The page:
In the UK and the US, people have started to be vaccinated against COVID-19, receiving a vaccine made by the companies Pfizer and BioNTech. India, meanwhile, is in the process of testing a number of candidate vaccines.
But it’s understandable if you have questions about whether the vaccine is right for you. Read on to learn the facts about the Pfizer/BioNTech vaccine, including how safe it is, if everyone can have it, and the side effects you might get after you have it.
Is the Pfizer/BioNTech vaccine safe?
Vaccines are the best way to stop infections like COVID-19 – we already have effective vaccines for other illnesses, such as measles and the flu. And all vaccines go through a strict testing process before they’re approved for use, to make sure they’re safe.
However, you may have seen things about the vaccine that have worried you, on social media or other information sources. There are three common claims you may have seen about the Pfizer/BioNTech COVID-19 vaccine – but they’re not true.
First, it can’t give you COVID-19. This is because it doesn’t contain any live virus.
Second, it can’t change your genes. It uses a piece of genetic code, called mRNA, to teach your body’s defences (immune system) to fight the virus but there’s no way it could affect your genes.
And third, if you’ve already had COVID-19, this doesn’t mean you don’t need to have the vaccine. This is because we don’t know how long immunity lasts, so you could still get the virus again.
Are there people who shouldn’t get the Pfizer/BioNTech vaccine?
While the Pfizer/BioNTech vaccine is safe for most people, there are some people it might not be suitable for. You should speak to your doctor if you:
- have allergies
- have a fever
- have a bleeding disorder or are on a blood thinner
- are immunocompromised or are on a medicine that affects your immune system
- have received another COVID-19 vaccine
You shouldn’t get the Pfizer/BioNTech vaccine if you:
- had a bad allergic reaction after a previous dose
- have had a bad allergic reaction to any ingredient in the vaccine
- are pregnant or are breastfeeding, or you plan to become pregnant (the vaccine hasn’t been tested on pregnant or breastfeeding women)
What are the side effects of the Pfizer/BioNTech vaccine?
Like all medicines, vaccines can cause side effects. Professor Peter Openshaw, a professor of experimental medicine at Imperial College London, says: “As with all food and medications, there is a very small chance of an allergic reaction to any vaccine. However, it is important that we put this risk in perspective.”
During the Pfizer/BioNTech tests, only a very small number of people had bad side effects: just 0.6% of people given the vaccine had a serious adverse reaction.
Not everyone gets any side effects at all, but if you do, they will probably be mild, and should ease or go away within a few days.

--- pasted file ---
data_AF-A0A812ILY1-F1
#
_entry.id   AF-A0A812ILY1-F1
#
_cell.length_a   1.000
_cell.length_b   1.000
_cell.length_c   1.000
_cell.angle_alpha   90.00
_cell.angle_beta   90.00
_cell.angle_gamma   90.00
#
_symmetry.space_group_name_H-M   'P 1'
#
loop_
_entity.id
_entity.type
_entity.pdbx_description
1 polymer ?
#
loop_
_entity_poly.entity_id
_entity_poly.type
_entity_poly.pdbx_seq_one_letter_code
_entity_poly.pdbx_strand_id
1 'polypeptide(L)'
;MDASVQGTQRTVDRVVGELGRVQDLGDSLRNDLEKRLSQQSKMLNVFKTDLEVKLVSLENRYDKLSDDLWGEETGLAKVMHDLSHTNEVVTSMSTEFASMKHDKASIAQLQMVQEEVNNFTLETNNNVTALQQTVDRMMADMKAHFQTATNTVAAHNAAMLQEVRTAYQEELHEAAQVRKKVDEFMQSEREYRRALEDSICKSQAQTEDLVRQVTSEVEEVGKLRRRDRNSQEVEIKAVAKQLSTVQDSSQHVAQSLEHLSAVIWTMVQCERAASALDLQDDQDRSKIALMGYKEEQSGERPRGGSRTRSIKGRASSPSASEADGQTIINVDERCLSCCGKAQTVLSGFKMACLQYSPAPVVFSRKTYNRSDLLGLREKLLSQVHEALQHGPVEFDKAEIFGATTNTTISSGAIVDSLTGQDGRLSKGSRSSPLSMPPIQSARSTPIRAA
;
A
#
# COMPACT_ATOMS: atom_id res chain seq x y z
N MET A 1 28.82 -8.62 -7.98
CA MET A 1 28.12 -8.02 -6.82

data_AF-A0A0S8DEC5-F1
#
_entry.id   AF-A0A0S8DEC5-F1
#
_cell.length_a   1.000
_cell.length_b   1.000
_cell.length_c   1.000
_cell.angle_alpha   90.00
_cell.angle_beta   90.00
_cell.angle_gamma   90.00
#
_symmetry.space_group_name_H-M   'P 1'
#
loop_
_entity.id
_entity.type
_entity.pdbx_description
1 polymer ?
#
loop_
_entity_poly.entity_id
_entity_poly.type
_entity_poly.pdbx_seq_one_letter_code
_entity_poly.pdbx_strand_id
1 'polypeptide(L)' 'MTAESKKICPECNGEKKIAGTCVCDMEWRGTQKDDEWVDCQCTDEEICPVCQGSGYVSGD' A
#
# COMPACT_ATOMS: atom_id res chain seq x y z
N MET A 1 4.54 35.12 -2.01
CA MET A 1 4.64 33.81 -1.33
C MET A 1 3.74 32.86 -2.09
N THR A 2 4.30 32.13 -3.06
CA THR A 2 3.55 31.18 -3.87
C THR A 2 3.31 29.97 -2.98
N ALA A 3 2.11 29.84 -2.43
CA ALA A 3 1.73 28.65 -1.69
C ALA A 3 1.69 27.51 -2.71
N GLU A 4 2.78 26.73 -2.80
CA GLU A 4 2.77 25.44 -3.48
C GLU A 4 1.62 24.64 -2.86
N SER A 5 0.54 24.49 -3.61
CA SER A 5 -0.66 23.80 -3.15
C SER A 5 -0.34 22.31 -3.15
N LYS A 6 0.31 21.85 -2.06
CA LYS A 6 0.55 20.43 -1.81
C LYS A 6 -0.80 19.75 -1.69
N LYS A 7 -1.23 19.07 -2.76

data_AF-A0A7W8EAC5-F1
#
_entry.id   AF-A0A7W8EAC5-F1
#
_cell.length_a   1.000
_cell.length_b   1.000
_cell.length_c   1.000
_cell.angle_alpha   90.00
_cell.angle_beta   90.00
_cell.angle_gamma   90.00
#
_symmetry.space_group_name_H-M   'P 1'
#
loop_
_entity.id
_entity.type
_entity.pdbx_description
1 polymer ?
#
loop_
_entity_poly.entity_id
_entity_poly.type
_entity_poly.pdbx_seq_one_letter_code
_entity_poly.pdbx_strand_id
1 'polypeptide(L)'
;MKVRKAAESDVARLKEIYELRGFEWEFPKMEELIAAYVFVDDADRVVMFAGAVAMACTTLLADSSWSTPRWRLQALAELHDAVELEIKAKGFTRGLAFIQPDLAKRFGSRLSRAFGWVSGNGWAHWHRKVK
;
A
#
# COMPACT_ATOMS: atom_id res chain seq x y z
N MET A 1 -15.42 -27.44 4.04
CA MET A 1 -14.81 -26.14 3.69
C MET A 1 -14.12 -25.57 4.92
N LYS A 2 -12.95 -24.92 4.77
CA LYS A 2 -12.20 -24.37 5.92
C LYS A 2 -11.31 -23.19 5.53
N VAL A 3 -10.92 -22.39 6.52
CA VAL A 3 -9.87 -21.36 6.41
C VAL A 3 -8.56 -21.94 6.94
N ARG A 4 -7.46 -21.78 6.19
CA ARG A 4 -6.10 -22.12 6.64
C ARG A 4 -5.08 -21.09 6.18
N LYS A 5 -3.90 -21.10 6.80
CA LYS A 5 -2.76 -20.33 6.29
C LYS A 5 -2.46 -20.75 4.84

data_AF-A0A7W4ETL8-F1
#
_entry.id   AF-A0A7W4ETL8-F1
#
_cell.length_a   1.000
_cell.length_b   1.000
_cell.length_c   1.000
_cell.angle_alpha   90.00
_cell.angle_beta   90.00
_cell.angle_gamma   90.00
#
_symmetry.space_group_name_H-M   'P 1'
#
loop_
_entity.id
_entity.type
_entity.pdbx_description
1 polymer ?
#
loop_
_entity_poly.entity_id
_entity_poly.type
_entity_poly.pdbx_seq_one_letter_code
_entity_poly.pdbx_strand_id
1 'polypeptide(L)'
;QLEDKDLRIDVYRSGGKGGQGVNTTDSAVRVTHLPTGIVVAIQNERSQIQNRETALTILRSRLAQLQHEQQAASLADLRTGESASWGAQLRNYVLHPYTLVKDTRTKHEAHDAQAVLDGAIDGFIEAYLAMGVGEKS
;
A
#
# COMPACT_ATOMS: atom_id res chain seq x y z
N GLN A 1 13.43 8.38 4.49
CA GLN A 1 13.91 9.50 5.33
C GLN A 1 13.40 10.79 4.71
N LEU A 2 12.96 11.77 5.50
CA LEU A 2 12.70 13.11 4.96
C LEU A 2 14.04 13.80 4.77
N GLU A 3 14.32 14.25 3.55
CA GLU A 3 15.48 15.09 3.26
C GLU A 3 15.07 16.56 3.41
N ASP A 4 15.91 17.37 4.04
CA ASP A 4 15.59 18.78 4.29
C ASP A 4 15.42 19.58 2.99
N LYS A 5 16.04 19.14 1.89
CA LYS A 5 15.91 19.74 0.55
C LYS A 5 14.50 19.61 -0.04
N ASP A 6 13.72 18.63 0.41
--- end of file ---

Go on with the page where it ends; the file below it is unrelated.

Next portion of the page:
Common side effects include:
- pain or tenderness in the arm where you had the injection
- general aches, or mild flu-like symptoms
- muscle pain
- joint pain
- injection site swelling
- injection site redness
- feeling unwell
- swollen lymph nodes (lymphadenopathy)
If you do have mild side effects after the first dose of the vaccine, it’s important that you still have the second dose. This is because although the first dose gives some protection against the virus, the second dose will give you the best protection.
In a very few cases, people have had an allergic reaction to the vaccine. This is most likely to happen within a few minutes to an hour of being vaccinated. If you think you’re having an allergic reaction, call for urgent medical help.
If you get any side effects after having the vaccine, you can report them to your country's medicines reporting service – this will help everyone to learn more about the vaccine. In the UK, you can report side effects through the MHRA's Yellow Card scheme. In the US, use the FDA/CDC Vaccine Adverse Event Reporting System (VAERS).
Because this is a new vaccine, more side effects may be discovered over time, but it has had all the necessary and important safety checks.
Can I stop wearing a mask when I’ve had the vaccine?
There are still many things that aren’t known about COVID-19, and we’re learning about the virus all the time. This means it’s important to follow the guidelines, even if you’ve had a vaccine. So, you should continue to wear a mask in public, stay 2 metres apart from people you don’t live with, and wash your hands regularly.
- the Pfizer/BioNTech COVID-19 vaccine appears to be safe for most people
- there are a few groups of people it might not be suitable for
- most side effects are mild, and only last a few days
- you must have both doses of the vaccine to get full protection
- severe side effects are very rare